Rubio Explains Why Immigration Deal Is ‘Not Amnesty’
April 14, 2013 - 1:19 pm
Sen. Marco Rubio (R-Fla.) set the stage for this week’s anticipated rollout of the Group of Eight’s immigration reform deal with a busy Sunday on the morning shows.
On Fox News Sunday, Rubio said the plan’s expected pathway to citizenship for illegal immigrants is “not amnesty.”
“Amnesty is the forgiveness of something. Amnesty is anything that says, ‘Do it illegally. It’s going to be cheaper and easier.’ Here’s what people need to understand. Under the existing law today, if you are illegally in the United States, you are not prohibited from getting a green card and ultimately getting citizenship. The only thing is you have to go back to your home country, you have to wait 10 years and then you can apply for it. And all we’re saying is we’re going to create an alternative to that,” Rubio said.
“That will still be in place, but we’re going to create an alternative that says, ‘OK, you want to stay here? You’ll have to wait more than 10 years, you’ll have to pay this fine, you’ll have to pay this registration fee, you’ll have to be gainfully employed, you won’t qualify for any federal benefits and, then after all that, you don’t get into apply for anything until the enforcement mechanisms are in place. And I would argue to you that it will be cheaper, faster and easier for people to go back home and wait 10 years than it will be to go through this process I’ve outlined. That’s why it’s not amnesty,” he continued. “And bottom line is we don’t award anything. You have to qualify and apply for it, and that’s the key distinction. If somehow being in this country is cheaper, easier and quicker than doing it the right way, I wouldn’t support that.”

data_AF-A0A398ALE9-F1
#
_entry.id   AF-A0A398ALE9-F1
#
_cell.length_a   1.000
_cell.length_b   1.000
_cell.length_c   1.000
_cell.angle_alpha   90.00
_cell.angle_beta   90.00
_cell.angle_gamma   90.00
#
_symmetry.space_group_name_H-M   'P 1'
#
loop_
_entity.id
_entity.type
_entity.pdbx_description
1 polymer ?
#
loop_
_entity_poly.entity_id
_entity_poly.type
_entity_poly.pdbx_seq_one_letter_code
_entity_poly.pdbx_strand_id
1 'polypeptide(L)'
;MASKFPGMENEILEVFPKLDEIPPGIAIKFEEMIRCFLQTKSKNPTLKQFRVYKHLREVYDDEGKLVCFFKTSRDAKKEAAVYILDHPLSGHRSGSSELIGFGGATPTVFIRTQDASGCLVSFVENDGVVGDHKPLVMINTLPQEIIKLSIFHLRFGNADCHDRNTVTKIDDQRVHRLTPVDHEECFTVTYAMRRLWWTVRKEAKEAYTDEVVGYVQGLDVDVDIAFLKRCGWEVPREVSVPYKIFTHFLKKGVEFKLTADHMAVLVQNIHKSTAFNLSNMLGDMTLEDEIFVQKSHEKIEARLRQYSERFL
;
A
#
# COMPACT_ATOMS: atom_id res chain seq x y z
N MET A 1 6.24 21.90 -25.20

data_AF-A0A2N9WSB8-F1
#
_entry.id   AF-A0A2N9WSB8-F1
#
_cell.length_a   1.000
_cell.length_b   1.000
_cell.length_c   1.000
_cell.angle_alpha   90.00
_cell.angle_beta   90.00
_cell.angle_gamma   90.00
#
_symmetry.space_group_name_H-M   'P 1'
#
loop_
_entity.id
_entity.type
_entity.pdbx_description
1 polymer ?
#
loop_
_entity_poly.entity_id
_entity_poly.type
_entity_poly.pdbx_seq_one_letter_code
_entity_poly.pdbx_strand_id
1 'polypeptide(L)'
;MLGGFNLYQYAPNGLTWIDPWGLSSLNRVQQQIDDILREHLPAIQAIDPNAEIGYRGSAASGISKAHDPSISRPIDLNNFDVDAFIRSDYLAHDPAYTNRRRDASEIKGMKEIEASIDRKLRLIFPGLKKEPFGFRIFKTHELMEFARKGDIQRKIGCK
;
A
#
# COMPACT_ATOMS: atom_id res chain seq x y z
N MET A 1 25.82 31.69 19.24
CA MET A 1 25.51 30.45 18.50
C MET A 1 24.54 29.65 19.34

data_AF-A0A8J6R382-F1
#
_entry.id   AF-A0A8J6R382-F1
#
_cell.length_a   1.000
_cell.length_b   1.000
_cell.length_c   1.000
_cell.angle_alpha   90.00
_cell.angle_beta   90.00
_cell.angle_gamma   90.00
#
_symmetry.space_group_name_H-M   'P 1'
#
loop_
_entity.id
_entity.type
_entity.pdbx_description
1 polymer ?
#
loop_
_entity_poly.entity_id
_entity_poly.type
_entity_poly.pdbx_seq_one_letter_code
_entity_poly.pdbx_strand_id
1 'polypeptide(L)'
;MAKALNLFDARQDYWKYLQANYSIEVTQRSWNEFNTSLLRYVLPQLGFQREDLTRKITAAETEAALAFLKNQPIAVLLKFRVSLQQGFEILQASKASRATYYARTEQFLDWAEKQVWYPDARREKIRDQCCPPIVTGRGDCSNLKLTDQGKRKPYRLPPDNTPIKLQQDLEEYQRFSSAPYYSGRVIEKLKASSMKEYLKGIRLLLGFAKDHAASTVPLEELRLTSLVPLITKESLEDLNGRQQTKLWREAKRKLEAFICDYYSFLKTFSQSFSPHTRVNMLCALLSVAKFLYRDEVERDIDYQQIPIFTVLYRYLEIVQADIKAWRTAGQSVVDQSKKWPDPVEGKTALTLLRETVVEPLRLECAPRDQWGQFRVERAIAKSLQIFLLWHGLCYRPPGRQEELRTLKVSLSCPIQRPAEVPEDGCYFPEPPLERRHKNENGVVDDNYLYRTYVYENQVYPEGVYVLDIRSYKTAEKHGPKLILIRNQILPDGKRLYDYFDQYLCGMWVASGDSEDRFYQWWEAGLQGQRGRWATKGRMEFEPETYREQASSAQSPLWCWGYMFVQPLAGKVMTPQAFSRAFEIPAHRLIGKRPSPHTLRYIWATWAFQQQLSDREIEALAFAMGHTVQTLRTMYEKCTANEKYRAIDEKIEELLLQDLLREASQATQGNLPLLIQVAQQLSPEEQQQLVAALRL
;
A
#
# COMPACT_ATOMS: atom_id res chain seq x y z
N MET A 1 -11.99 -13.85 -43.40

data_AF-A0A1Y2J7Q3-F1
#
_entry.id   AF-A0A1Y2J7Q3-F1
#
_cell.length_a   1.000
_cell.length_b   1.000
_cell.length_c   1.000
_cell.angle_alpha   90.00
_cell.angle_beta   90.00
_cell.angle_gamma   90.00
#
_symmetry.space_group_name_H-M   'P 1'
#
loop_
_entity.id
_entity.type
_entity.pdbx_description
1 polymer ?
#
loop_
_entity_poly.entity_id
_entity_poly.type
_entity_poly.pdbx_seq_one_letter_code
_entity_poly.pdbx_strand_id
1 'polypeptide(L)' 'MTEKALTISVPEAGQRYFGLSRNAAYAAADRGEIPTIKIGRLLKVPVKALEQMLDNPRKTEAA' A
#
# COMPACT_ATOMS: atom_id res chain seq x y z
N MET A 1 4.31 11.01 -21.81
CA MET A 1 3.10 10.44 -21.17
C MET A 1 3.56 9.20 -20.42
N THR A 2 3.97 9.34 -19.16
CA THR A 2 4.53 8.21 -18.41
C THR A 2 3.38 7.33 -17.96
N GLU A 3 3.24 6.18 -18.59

On CNN’s State of the Union, Rubio argued that the bill won’t result in a replay of the 1980s immigration reform that resulted in a new flood of illegal immigration.
“First of all, a universal e-verify system which means you won’t be able to find a job in the United States if you can’t pass that check. Secondly, an entry-exit system. You know, 40% of our illegal immigration are people that enter legally and then they overstay their visas. We don’t really know who they are because we only track when people come in, we don’t track if and when they leave. And third is real border security including fencing. All these three things are going to happen because they are triggers, they are triggers for the green card process that we’ve described or are laying out in our proposal,” Rubio said.
“If they are not fully implemented, there will be no green cards awarded. And we think that will be incentive. We are also going to have a legal immigration system that works. Part of our illegal immigration problem is that we don’t have a legal way for people to come here, for example, temporarily to work on a farm. We’re going to have that now, so people aren’t going to have to come illegally. It’s going to be cheaper and easier to come legally. So I think all these things working together – none by themselves will do the trick – but all of them working together will ensure we never have this problem again.”